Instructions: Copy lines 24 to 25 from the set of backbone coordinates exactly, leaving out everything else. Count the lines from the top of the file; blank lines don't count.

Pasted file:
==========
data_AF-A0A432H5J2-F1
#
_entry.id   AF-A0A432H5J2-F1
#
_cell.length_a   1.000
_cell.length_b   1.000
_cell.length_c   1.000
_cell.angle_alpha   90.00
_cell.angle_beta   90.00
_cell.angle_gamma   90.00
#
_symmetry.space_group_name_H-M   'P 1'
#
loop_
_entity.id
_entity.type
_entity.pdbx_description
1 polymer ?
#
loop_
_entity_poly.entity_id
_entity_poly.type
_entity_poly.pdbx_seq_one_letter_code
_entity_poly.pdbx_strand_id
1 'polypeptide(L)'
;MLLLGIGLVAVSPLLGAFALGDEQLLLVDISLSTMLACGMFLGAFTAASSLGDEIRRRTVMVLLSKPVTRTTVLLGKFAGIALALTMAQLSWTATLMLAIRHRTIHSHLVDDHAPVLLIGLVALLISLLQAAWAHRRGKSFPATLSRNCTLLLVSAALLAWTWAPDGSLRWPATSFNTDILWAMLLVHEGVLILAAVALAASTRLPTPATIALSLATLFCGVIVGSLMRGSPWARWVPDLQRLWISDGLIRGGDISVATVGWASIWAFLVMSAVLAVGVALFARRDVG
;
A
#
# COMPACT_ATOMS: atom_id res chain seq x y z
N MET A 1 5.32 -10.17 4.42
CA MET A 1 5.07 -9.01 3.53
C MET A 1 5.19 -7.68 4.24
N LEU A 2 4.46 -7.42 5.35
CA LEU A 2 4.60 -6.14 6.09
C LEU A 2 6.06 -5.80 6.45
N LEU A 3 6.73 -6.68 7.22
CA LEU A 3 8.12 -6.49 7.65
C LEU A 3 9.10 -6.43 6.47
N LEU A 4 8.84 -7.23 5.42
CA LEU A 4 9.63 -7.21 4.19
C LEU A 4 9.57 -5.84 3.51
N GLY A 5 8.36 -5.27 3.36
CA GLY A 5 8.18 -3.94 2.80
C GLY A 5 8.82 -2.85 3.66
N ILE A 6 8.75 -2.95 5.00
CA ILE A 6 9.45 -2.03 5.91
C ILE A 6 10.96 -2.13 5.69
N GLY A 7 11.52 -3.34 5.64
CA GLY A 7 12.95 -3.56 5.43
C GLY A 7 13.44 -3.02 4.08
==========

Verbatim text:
_entity_poly.pdbx_strand_id
1 'polypeptide(L)'